With our Spartan Spirit Awards, we celebrate the people who embody the key Spartan values: grit, determination, and perseverance. This week’s Spirit Award winner, Tommy Lundgren, set his sights on the Spartan Ultra to stay strong through treatment for brain cancer.
“Training for the Spartan race gave me the motivation to keep going, every day.” — Tommy Lundgren
Our most recent Spartan Spirit Award Winner, Tommy Lundgren, a firefighter and Head of Maintenance at The Holiday Club in Åre, Sweden, used his training for the Spartan Ultra World Championships as a way to keep his mind, body and spirit functioning as he endured chemotherapy and other treatment for a cancerous brain tumor. In the summer of 2016, Tommy passed out in a water park he was visiting with his family. A few days later, he had an MRI and was diagnosed with a brain tumor in a region of the brain that initiates thoughts for motor function. His first surgery was successful, but the tumor returned. After a second surgery in 2018, Tommy decided that he would train for, and finish, the 2019 Spartan Ultra World Championship race, held at The Holiday Club in his beautiful hometown of Åre, Sweden. Tommy’s preparation for the 30-mile race (six laps of 28 obstacles), during the most exhausting time of his life, is a testament to his strength of will.
SPARTAN RACE: How did you decide to train for an Ultra in the midst of treatment for a brain tumor?
TOMMY LUNDGREN: After radiation, I had a hard time motivating myself to train. I decided to set a goal that it would be impossible to reach without training, so that I would have to get out of bed and move. So my goal was to never stop training for Spartan because I was going to make it, no matter what. I had a rough time over the summer when I was undergoing chemotherapy. There would be 5 days of pills and a few days afterwards when I felt sick, but I had made a promise to myself, so I kept moving.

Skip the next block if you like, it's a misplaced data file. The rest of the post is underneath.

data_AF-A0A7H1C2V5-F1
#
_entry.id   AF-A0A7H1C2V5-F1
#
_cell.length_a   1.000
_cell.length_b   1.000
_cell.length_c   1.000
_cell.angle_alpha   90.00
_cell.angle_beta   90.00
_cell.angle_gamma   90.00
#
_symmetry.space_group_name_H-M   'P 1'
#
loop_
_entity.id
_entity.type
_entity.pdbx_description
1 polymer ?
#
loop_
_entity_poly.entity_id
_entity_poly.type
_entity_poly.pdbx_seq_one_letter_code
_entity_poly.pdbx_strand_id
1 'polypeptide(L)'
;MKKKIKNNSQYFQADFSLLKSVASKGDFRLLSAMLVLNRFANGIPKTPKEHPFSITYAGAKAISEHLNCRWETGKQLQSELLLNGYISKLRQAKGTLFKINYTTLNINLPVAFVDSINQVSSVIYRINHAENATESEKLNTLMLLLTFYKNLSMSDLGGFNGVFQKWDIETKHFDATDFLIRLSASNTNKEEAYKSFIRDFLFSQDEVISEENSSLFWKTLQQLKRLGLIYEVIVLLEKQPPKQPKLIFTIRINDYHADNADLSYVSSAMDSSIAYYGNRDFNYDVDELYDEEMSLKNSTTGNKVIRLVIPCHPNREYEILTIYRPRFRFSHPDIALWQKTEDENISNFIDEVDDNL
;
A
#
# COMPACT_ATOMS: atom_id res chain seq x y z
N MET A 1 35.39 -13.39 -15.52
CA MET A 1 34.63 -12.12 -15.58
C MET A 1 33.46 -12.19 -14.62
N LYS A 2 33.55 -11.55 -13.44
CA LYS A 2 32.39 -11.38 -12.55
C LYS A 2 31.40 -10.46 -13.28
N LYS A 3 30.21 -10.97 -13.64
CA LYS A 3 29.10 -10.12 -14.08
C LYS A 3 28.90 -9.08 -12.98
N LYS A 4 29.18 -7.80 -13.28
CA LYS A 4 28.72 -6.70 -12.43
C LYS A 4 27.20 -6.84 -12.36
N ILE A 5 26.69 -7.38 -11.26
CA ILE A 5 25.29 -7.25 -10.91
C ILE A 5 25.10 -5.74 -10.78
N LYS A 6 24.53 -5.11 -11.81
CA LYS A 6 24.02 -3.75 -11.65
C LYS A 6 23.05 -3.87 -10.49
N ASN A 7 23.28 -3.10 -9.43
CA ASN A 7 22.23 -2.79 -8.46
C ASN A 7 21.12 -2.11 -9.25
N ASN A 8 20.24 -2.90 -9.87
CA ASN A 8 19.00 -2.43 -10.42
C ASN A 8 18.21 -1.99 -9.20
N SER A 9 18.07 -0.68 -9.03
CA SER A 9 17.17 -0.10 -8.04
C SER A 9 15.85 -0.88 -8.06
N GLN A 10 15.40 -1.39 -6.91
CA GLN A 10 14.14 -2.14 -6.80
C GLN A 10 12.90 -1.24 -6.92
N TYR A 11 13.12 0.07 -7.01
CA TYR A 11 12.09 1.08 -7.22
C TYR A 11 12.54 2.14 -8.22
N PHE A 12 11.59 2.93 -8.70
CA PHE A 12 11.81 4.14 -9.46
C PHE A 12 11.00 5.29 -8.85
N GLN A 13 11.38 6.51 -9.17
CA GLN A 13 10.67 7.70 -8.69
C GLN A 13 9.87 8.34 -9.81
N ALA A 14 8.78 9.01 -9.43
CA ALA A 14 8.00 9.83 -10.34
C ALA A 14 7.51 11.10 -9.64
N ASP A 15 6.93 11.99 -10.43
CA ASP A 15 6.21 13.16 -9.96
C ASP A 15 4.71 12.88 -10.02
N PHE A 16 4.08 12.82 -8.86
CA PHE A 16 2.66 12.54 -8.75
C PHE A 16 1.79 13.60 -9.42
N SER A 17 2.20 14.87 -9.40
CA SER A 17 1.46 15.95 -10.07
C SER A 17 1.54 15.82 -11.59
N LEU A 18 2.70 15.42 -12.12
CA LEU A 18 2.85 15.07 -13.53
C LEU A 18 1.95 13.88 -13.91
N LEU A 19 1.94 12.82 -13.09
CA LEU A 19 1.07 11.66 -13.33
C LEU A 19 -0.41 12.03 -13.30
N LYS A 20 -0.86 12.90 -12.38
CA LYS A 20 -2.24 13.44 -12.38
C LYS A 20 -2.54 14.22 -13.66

Tommy Lundgren's Spartan Grit
SR: Were you an athlete before Spartan?
TL: I played Rugby in my youth, and I have trained all my life. I did one other OCR (obstacle course race) in the past, but nothing of the magnitude of the Spartan Ultra.
SR: How did you train?
TL: I did a lot of uphill running in the mountains of Åre. I had a pretty good idea of where the course would be located, and I trained there. The only time I didn’t have any thoughts about the sickness was when I was running or training. I Googled some of the Spartan obstacles and built versions for myself so I could train. I built a Hercules Hoist, with 40 kilos on a hoist, in my backyard. The monkey bars were the toughest part for me so I built some and practiced. I am in the best shape of my life because of Spartan.
SR: Did the training help with the cognitive effects of the brain tumor?
TL: It has been explained to me that there are two parts of the brain where motion starts, so though I lost brain tissue in the surgeries, my mind was able to compensate. I adapted before I started preparing for the Ultra.
How Tommy Lundgren Dominated His First Spartan Race
SR: Can you tell us about your experience of the race?
TL: Olympus is the first obstacle I conquered, and I barely made it. Then the large uphill section came and I ran up to the top of the course. I was chilly, -8°C (17.6°F), but I’ve spent a lot of my life cross country skiing so I think I was better adapted to the cold than others. Keep in mind that this is a six-lap race. I made it through the first lap, came in for a snack, and set out for my second. Halfway through my second lap I was feeling like (crap). When I came in from that lap, I didn’t know if I was going to make it. This was the breaking point. I felt knocked down, but I told myself I wasn’t going to let go of my goal. I had a proper meal and then set out for the third lap. Halfway through the third lap I got my power back. The fourth and fifth laps just flowed by. I accomplished what I set out to do: I finished.
Tommy Lundgren on Finishing the Ultra and Mastering His Goal
SR: What was it like to finish the Ultra?
TL: My daughters, Lo and Enya, and my wife, Therese, watched me cross the finish line. They have been my support team through all of this. They are just the best. Plus, all of my friends, practically the whole town, were waiting there at the end of the sixth lap to cheer me on. I can’t tell you what it felt like to cross the finish line in front of a square full of people shouting my name. Throughout my struggle with cancer, I have thought if I stop training, I stop moving. Setting a goal and resolving to accomplish it in front of the people I love kept me going through the roughest days.